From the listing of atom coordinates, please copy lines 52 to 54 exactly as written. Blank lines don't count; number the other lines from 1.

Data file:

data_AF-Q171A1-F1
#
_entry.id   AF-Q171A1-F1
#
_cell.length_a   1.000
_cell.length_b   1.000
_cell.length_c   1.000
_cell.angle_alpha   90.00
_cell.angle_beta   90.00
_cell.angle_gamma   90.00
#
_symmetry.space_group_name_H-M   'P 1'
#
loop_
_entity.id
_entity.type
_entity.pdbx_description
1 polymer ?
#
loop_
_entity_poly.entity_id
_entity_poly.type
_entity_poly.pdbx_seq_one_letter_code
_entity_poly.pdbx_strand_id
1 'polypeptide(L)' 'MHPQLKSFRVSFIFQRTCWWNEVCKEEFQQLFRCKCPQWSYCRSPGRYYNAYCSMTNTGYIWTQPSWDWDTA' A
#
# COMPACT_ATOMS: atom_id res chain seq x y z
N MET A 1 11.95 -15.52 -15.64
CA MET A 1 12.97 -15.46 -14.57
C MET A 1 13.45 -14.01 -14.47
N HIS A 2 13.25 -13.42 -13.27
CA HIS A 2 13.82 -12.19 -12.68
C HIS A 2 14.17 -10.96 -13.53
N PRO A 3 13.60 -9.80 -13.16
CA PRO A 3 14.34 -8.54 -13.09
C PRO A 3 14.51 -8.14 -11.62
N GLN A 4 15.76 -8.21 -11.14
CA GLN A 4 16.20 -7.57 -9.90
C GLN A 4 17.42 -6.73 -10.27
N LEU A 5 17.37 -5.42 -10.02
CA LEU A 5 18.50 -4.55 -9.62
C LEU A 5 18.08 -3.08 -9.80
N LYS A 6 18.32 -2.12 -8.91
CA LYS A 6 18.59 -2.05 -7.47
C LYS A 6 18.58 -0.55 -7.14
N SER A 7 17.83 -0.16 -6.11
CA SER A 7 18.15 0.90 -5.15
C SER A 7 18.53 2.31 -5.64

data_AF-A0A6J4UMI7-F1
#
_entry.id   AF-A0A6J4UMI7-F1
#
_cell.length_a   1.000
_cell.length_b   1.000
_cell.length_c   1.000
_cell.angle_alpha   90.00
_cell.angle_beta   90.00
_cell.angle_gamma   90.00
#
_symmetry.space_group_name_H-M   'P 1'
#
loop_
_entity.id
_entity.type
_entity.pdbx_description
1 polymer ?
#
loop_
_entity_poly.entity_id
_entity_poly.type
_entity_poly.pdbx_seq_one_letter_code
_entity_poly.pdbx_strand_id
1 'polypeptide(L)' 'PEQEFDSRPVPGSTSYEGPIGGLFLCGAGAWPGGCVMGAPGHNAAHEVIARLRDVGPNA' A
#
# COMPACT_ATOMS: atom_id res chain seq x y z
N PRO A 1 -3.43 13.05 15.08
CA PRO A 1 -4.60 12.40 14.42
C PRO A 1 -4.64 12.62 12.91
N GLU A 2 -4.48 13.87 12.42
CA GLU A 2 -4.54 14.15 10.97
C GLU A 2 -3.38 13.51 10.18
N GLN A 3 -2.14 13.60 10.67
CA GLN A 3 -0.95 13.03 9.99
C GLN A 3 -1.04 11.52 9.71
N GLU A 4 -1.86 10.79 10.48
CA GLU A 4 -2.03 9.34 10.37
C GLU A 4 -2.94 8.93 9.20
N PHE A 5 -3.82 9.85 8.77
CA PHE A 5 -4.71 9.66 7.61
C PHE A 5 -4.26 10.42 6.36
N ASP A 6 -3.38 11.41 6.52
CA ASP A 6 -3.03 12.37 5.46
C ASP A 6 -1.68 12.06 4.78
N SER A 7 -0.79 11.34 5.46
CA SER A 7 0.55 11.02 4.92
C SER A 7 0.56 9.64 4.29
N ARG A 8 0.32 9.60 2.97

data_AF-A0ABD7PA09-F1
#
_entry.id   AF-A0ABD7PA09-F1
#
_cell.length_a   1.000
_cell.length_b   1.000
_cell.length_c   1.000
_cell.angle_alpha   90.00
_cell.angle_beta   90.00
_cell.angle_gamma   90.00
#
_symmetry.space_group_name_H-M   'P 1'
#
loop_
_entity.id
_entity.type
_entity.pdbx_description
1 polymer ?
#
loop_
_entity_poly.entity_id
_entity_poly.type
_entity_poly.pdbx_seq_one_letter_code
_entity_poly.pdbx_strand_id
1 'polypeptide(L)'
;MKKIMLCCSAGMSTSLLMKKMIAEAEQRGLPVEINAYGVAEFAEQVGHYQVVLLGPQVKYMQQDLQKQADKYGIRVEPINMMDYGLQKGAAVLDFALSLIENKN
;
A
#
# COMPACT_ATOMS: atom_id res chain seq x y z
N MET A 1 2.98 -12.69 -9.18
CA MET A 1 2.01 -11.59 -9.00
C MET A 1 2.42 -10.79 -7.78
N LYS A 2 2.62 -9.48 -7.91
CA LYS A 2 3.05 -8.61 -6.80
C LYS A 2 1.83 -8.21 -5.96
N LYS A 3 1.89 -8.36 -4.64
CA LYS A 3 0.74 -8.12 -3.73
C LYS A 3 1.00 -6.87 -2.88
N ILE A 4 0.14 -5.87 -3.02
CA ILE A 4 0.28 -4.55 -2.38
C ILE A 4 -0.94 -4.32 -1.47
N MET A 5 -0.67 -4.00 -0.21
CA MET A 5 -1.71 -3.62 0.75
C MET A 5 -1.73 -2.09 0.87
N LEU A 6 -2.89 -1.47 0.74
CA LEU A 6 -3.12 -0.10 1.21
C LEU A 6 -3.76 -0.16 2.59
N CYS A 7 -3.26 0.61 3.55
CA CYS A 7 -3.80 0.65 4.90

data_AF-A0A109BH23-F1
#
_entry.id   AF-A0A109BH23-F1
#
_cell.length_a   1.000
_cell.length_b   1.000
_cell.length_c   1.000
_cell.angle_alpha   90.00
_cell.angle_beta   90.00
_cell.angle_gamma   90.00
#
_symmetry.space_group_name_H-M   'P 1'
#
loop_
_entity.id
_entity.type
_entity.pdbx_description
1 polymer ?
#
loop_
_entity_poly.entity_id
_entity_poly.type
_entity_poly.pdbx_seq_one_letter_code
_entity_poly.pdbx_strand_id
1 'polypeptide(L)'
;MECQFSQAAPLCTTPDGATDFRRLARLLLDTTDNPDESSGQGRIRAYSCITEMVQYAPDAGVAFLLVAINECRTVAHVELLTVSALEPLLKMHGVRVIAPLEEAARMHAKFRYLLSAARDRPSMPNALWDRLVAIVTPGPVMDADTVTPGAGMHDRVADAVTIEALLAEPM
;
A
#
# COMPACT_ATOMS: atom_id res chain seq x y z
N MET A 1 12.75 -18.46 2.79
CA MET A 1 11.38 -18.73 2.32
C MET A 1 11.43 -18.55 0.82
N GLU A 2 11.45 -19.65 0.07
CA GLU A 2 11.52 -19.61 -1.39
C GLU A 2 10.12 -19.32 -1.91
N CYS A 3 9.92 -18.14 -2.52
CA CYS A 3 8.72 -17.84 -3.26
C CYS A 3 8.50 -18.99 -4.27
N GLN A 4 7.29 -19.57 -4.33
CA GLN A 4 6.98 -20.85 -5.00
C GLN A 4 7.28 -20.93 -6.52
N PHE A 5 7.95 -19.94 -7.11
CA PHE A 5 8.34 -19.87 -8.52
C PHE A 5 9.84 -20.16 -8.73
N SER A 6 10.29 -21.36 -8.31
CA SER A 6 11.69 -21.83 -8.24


#
_cell.length_a   1.000
_cell.length_b   1.000